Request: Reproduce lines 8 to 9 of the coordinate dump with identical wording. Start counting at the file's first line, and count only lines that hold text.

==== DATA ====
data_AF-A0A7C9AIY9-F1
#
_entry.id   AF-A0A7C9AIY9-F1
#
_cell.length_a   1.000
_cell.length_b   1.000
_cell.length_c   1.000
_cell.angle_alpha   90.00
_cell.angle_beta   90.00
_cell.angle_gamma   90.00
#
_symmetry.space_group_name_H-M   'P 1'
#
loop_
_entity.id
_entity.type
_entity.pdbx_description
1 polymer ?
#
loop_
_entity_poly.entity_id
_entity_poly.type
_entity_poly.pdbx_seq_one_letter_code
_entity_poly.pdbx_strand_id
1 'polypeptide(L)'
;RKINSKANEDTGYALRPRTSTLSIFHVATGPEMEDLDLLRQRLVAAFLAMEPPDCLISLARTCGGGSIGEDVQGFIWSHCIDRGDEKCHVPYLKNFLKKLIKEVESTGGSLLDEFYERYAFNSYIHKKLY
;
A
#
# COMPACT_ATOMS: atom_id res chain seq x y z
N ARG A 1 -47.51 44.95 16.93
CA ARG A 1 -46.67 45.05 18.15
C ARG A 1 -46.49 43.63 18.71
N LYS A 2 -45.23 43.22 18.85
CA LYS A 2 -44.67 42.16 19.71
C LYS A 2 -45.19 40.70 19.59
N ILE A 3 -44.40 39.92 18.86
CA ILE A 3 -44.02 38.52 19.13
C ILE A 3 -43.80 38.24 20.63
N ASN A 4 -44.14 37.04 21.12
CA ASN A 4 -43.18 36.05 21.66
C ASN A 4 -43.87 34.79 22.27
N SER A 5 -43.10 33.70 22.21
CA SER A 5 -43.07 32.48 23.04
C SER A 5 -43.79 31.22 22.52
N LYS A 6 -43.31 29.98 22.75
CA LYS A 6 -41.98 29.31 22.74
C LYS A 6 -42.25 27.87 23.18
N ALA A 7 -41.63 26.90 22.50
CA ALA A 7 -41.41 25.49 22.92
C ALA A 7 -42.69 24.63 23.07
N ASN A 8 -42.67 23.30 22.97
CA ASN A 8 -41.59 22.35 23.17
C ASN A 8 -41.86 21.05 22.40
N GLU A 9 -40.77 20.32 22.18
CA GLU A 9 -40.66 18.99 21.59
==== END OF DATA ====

_cell.angle_alpha   90.00
_cell.angle_beta   90.00